Late American director Orson Welles' previously unreleased film "The Other Side of the Wind" had its world premiere at Venice this year, more than 40 years after he last shot scenes for it. The film will be shown for the first time in Asia at Busan.

A still from "First Man" (Yonhap)

Esteemed French-Swiss director Jean-Luc Godard returns with "The Image Book," a visual essay that is a bewildering collage of images, a fierce dissection of contemporary life and a rebuke of the image itself, according to BIFF. The Cannes-premiered film will be shown for the first time in Asia but for just one time on Oct. 7.

Also in the lineup are films that shined at Cannes this year. They are the Italian director Matteo Garrone's latest "Dogman," "Cold War," winner of the best director award, and Turkish director Nuri Bilge Ceylan's latest "The Wild Pear Tree." Marcello Fonte, who won the best actor award at Cannes for "Dogman," will visit Busan to meet Korean movie fans.

A still from "Dogman" (Yonhap)

◇ BIFF programmers' picks

Among the titles in the festival's Open Cinema section, programmer Kim Young-woo recommended watching "My Tyrano: Together, Forever," "More than Blue" and "Dying to Survive."

"My Tyrano," an animated Korean-Chinese-Japanese feature directed by Kobun Shizuno, depicts the friendship of a lonely Tyrannosaurus rex, Tyrano, and an orphaned baby dinosaur Punon as they take a journey together in search for an earthly paradise. It features a soundtrack by Japanese film composer Ryuichi Sakamoto, who has been named the 2018 Asian Filmmaker of the Year by the festival. Sakamoto will play the piano in the opening ceremony for the 23rd edition on Oct. 4.

"More than Blue" is the Taiwanese remake of a 2009 South Korean romance movie of the same name starring Kwon Sang-woo, Lee Bo-young and Lee Beom-soo. The new movie's director Gavin Lin and popular young actors Yi How Liu, also known as Jasper Liu, and Ivy Chen will visit the festival to promote the movie.

A scene from "More Than Blue" (Yonhap)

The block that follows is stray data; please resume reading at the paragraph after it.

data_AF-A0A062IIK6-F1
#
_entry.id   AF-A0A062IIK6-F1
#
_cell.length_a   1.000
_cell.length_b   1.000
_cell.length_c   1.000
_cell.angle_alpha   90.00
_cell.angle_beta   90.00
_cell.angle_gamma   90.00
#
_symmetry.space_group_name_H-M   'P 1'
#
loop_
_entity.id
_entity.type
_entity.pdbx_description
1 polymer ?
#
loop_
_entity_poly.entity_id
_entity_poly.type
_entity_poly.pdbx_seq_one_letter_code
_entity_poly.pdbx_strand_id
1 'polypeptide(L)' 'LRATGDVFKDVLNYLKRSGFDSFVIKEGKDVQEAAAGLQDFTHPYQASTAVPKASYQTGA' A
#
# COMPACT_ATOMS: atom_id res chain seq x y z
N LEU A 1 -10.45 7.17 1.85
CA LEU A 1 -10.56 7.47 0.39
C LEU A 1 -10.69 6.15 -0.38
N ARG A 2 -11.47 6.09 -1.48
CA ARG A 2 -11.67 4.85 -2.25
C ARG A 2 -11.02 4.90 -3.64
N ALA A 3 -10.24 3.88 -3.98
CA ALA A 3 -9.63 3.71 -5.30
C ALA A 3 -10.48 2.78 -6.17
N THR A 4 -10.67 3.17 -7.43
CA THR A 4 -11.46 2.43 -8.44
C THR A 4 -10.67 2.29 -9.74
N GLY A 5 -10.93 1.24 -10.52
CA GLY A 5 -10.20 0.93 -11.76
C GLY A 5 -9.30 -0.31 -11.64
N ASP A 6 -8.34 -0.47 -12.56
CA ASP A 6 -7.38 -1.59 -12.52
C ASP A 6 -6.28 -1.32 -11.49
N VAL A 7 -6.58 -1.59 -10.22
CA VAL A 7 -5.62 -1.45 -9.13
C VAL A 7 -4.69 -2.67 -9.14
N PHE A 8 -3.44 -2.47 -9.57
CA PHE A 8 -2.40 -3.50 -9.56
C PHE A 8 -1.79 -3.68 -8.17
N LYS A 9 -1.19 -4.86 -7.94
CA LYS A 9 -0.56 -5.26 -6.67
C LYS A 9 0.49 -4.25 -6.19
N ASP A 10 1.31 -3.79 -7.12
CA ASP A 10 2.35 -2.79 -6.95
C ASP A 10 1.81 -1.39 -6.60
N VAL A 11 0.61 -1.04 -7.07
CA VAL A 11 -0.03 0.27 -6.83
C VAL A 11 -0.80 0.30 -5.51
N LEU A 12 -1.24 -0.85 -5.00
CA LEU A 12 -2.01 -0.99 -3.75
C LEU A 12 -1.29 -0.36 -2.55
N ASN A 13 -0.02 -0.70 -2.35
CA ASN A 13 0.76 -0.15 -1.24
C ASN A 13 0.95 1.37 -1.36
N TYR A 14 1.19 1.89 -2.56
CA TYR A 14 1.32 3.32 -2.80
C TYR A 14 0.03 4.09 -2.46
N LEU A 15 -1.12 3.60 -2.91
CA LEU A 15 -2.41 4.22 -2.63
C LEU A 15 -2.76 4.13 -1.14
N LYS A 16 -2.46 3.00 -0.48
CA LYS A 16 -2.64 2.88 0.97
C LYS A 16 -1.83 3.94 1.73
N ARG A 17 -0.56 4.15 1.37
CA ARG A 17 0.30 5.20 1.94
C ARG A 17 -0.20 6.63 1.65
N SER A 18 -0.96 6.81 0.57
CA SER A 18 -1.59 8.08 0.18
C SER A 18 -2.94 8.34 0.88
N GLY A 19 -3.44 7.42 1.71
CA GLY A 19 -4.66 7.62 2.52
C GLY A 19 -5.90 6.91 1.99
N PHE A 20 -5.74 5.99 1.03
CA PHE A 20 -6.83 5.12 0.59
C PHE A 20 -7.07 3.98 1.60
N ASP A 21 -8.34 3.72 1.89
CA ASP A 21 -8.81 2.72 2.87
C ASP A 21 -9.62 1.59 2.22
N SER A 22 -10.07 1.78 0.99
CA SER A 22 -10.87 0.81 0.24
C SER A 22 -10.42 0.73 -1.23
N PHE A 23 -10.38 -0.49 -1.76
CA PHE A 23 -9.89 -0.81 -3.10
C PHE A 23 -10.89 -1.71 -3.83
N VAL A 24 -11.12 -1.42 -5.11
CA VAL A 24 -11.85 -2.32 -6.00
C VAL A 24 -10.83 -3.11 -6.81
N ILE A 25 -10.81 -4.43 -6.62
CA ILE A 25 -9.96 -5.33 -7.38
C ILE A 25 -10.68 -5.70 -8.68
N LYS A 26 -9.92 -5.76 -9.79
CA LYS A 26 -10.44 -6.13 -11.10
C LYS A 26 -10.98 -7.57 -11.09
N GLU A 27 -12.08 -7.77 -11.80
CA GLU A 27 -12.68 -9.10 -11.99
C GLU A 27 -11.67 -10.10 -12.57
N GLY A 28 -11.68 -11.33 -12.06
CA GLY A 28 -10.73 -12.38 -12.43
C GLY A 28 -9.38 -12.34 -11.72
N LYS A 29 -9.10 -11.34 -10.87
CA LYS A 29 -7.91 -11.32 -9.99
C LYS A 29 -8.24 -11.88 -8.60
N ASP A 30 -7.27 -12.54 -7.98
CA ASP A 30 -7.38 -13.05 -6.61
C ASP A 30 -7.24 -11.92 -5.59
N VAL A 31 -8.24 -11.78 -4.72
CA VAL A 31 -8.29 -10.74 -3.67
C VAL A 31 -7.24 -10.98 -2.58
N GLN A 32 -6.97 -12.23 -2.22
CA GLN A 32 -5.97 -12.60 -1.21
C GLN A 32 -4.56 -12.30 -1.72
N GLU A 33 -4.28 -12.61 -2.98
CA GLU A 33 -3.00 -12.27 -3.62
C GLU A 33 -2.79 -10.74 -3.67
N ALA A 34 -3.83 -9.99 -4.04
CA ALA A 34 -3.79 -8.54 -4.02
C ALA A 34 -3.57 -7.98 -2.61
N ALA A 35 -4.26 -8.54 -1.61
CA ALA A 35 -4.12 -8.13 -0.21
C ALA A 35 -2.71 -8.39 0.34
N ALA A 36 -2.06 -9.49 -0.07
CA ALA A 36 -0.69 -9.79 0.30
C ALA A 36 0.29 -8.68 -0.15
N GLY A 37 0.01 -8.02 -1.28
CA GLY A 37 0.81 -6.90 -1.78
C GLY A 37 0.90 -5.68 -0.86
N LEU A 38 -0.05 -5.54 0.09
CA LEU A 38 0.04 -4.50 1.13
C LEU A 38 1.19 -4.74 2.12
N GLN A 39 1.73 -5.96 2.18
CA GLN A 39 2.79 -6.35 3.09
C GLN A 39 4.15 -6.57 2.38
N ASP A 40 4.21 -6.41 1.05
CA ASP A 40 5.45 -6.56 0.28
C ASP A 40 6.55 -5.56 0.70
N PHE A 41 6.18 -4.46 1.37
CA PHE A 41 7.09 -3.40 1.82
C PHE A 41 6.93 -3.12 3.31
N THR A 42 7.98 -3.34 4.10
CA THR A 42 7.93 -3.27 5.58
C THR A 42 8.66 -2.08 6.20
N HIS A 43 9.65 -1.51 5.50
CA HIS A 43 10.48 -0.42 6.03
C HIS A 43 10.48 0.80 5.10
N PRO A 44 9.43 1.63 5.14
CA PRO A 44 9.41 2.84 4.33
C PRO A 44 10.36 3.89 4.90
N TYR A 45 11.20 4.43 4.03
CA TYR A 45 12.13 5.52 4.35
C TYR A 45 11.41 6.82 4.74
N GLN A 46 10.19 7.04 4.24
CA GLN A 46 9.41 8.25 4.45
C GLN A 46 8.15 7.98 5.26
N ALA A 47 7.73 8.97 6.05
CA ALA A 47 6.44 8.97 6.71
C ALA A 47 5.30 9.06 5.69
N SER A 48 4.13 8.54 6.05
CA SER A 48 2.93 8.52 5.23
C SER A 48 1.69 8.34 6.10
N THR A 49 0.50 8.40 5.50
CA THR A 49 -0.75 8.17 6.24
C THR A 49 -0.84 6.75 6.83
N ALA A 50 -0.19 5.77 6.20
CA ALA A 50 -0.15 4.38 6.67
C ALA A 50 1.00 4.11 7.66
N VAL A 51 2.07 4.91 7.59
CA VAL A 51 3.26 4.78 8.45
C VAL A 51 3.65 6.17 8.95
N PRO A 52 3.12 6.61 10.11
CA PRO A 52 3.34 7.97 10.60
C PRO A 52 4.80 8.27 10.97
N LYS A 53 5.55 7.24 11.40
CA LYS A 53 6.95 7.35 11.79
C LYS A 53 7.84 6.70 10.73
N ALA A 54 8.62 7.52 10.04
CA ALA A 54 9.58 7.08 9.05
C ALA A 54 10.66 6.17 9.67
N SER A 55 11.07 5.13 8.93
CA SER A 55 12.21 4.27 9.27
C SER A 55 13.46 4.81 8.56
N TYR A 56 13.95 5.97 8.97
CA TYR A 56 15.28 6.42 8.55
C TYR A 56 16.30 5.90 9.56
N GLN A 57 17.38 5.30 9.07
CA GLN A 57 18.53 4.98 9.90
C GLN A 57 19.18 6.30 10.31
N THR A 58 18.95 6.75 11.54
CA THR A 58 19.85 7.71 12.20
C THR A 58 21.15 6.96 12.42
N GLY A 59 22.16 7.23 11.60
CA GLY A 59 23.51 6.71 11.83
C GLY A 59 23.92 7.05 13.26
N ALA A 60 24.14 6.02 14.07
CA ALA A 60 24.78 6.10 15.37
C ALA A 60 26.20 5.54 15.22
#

"Dying to Survive," a low-budget movie that was hugely popular in China this summer, depicts the efforts of an aphrodisiac peddler to smuggle cancer medication from India that was too expensive at home.

Among other choices from Kim are Taiwanese director Ho Wi Ding's latest "Cities of Last Things," a triptych that spans a character's past, present and future -— but in reverse chronological order; a recut version of Chinese auteur Jia Zhangke's Cannes Palme d'Or contender "Ash Is Purest White"; "Manta Ray," the feature debut of Thai writer-director Phuttiphong Aroonpheng; "The Rib" by Chinese director Zhang Wei about a transgender teenager who is born into a devoutly Christian family; and "Sanju," a biographical drama on Bollywood star Sanjay Dutt by the Indian filmmaker Rajkumar Hirani of "Three Idiots."

A still from "Youngju" (Yonhap)

For Korean titles, BIFF programmer Nam Dong-churl picked "Youngju," "Our Body" as "must-see" movies, among others.

"Youngju," directed by Cha Sung-duk, tells the story of a girl of the name in the title, who visits the perpetrator after losing her parents in a traffic accident. Actress Kim Hyang-gi of the hugely popular Korean fantasy franchise "Along With the Gods," plays the title role.

"Our Body" by Han Ka-ram is about Ja-young, who is exhausted from her repeated failure in the state exam to become a civil servant. She regains her zest for life as she runs into Hyun-ju, a jogger full of healthy charm. This film starring Choi Hee-seo of "Anarchist from Colony," a 2017 Korean film, as Ja-young, premiered at the Toronto International Film Festival earlier this month.

The official poster for the 23rd Busan International Film Festival set to run from Oct. 4-13, 2018. (Yonhap)

sshim@yna.co.kr